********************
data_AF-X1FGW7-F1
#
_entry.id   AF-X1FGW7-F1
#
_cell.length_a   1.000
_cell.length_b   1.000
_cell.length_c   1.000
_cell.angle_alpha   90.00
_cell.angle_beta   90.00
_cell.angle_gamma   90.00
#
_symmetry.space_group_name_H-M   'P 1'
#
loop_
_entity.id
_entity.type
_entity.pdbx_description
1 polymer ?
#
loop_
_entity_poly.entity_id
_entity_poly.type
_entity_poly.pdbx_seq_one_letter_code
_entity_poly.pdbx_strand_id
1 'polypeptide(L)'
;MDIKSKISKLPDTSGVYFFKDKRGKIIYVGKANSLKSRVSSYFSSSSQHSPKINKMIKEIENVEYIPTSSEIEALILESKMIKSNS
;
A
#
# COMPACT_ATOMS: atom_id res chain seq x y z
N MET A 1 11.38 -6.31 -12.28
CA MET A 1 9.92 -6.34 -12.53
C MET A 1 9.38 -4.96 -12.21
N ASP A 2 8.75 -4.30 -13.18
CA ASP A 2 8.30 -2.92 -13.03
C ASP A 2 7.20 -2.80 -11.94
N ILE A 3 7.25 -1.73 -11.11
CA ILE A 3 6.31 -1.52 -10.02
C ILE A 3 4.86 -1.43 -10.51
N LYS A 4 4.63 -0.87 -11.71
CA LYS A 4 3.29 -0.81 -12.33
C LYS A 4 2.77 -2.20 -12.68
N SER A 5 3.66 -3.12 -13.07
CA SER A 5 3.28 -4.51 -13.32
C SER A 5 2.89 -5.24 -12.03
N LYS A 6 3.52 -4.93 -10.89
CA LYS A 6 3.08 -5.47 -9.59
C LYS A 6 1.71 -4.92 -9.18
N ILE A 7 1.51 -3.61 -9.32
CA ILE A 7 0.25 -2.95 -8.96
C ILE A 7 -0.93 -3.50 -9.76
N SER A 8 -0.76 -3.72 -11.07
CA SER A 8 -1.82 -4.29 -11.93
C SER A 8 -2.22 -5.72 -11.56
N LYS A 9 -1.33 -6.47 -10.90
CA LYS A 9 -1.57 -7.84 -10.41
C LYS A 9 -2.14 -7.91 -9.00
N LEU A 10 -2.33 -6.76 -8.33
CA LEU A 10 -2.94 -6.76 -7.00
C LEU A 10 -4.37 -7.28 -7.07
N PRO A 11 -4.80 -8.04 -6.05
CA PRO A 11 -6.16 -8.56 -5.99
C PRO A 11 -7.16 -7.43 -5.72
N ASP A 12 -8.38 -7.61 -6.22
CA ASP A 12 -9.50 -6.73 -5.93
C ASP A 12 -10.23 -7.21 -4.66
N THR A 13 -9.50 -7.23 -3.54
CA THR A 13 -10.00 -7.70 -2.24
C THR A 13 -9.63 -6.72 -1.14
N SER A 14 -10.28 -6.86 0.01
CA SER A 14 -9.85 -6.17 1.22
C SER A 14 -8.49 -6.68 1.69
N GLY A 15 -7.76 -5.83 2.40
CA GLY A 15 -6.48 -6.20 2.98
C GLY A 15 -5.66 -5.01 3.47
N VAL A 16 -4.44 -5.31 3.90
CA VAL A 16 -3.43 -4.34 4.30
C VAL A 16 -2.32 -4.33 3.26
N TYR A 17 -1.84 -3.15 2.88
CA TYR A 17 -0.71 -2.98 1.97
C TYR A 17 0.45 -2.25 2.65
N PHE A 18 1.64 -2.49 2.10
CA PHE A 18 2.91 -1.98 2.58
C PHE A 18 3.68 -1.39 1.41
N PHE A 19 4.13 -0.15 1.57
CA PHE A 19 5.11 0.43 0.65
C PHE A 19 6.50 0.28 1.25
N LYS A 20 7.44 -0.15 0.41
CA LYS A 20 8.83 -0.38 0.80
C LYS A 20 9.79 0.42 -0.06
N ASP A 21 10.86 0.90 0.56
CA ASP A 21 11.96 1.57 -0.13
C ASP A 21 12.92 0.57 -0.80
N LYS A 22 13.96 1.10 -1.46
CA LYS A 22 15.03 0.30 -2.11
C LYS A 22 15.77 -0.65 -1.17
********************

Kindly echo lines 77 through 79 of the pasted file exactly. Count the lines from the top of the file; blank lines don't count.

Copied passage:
CA VAL A 16 -3.43 -4.34 4.30
C VAL A 16 -2.32 -4.33 3.26
N TYR A 17 -1.84 -3.15 2.88